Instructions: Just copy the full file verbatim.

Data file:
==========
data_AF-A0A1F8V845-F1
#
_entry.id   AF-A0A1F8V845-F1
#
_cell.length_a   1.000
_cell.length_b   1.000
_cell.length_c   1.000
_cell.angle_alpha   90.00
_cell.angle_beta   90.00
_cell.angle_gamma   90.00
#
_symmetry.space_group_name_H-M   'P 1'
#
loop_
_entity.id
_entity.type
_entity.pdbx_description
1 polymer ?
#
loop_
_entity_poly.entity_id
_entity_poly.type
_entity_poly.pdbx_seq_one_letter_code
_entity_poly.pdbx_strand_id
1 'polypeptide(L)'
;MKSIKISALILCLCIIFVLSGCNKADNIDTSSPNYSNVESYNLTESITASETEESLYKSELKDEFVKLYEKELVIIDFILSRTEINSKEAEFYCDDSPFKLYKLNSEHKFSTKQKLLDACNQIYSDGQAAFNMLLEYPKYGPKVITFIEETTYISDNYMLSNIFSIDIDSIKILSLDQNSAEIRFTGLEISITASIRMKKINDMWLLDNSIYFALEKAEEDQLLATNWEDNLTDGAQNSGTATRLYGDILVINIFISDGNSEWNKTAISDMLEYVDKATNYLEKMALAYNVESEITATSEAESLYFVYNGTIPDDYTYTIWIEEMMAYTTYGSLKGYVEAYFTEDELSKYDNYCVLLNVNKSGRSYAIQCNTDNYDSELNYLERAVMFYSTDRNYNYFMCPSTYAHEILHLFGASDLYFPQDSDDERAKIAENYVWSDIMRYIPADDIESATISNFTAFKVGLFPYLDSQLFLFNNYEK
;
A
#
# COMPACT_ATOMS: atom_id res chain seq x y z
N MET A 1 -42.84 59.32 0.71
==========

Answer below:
data_AF-A0A1F8V845-F1
#
_entry.id   AF-A0A1F8V845-F1
#
_cell.length_a   1.000
_cell.length_b   1.000
_cell.length_c   1.000
_cell.angle_alpha   90.00
_cell.angle_beta   90.00
_cell.angle_gamma   90.00
#
_symmetry.space_group_name_H-M   'P 1'
#
loop_
_entity.id
_entity.type
_entity.pdbx_description
1 polymer ?
#
loop_
_entity_poly.entity_id
_entity_poly.type
_entity_poly.pdbx_seq_one_letter_code
_entity_poly.pdbx_strand_id
1 'polypeptide(L)'
;MKSIKISALILCLCIIFVLSGCNKADNIDTSSPNYSNVESYNLTESITASETEESLYKSELKDEFVKLYEKELVIIDFILSRTEINSKEAEFYCDDSPFKLYKLNSEHKFSTKQKLLDACNQIYSDGQAAFNMLLEYPKYGPKVITFIEETTYISDNYMLSNIFSIDIDSIKILSLDQNSAEIRFTGLEISITASIRMKKINDMWLLDNSIYFALEKAEEDQLLATNWEDNLTDGAQNSGTATRLYGDILVINIFISDGNSEWNKTAISDMLEYVDKATNYLEKMALAYNVESEITATSEAESLYFVYNGTIPDDYTYTIWIEEMMAYTTYGSLKGYVEAYFTEDELSKYDNYCVLLNVNKSGRSYAIQCNTDNYDSELNYLERAVMFYSTDRNYNYFMCPSTYAHEILHLFGASDLYFPQDSDDERAKIAENYVWSDIMRYIPADDIESATISNFTAFKVGLFPYLDSQLFLFNNYEK
;
A
#
# COMPACT_ATOMS: atom_id res chain seq x y z
N MET A 1 -42.84 59.32 0.71